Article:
Pryor Applauds Passage of Historical Landmarks Bill
Includes Provisions for Three Arkansas Landmarks
Senator Mark Pryor today applauded the passage of legislation to designate three Arkansas sites as national historical landmarks. The bill, also known as the Revolutionary War and War of 1812 Battlefield Protection Act, includes provisions for the Clinton Birthplace, the Butterfield Overland Trail and the Trail of Tears National Historic Trail.
"These federal resources will help ensure Arkansas' rich history is well-documented through these historical sites. These landmarks will spur tourism, create jobs and provide a unique educational experience for generations of Arkansans," said Pryor. "The entire congressional delegation recognizes the importance of these sites, particularly within their local communities, and has worked relentlessly to advance these projects through the legislative process."
Built in 1917 in Hope, AR, the legislation will allow the U.S. Secretary of Interior to acquire the Clinton Birthplace Foundation by donation and designate it as a National Historic Site. It will then become one of 32 Presidential Sites to be operated, maintained and staffed by the National Park Service.
"Preserving this historical home recognizes the humble beginnings of one of our greatest Presidents," said Pryor. "The resources of the National Park System will enhance major renovations made by the Clinton Birthplace Foundation and continue to educate and inspire thousands of visitors each year."
Butterfield Overland Trail
Before the establishment of railroads and the Pony Express, the Butterfield Overland Trail played a vital role connecting the East with the rapidly expanding West as a stagecoach and wagon route during the mid 1800s. The legislation authorizes the study of the historical Ox-Bow section of the Trail as a potential addition to the National Trails System.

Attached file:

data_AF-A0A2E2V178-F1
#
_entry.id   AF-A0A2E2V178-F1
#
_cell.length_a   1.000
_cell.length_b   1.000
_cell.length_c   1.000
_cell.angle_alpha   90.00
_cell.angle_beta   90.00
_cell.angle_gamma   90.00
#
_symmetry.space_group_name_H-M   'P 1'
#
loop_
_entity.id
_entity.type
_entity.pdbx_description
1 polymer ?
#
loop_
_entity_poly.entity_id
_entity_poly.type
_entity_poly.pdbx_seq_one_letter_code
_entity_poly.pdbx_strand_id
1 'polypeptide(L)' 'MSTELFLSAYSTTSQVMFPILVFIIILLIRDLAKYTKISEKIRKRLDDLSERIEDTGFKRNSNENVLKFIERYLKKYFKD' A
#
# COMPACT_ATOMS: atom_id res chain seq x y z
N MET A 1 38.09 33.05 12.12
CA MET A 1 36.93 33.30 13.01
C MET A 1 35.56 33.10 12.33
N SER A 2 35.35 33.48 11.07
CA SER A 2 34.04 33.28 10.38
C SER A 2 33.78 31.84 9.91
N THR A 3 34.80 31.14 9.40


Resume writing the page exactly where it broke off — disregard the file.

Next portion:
"This route brought new ideas and economic growth to the northwest region of Arkansas during the mid 19th century," said Pryor. "It is critical that we preserve this piece of history and recognize the impact the "Ox-Bow Route" had on the lives of our ancestors," said Pryor.
Trail of Tears National Historic Trail
Twenty-two years after Congress first authorized the Trail of Tears National Historic Trail, scholars and trail enthusiasts have gathered a significant amount of information identifying additional routes and landmarks. The legislation encourages the U.S. Secretary of Interior to incorporate the Benge and Belle routes in an effort to better preserve the path where 16,000 Cherokee marched to find new land.
"We must teach our children the mistakes of the past so that they are never repeated again," said Pryor. "Incorporating the Benge and Belle routes will draw a more accurate picture of what the Cherokee people endured during their massive migration westward."
Pryor said these Arkansas projects are a part of a larger public lands bill. The legislation is expected to pass the House of Representatives in the near future and be signed into law by President Obama.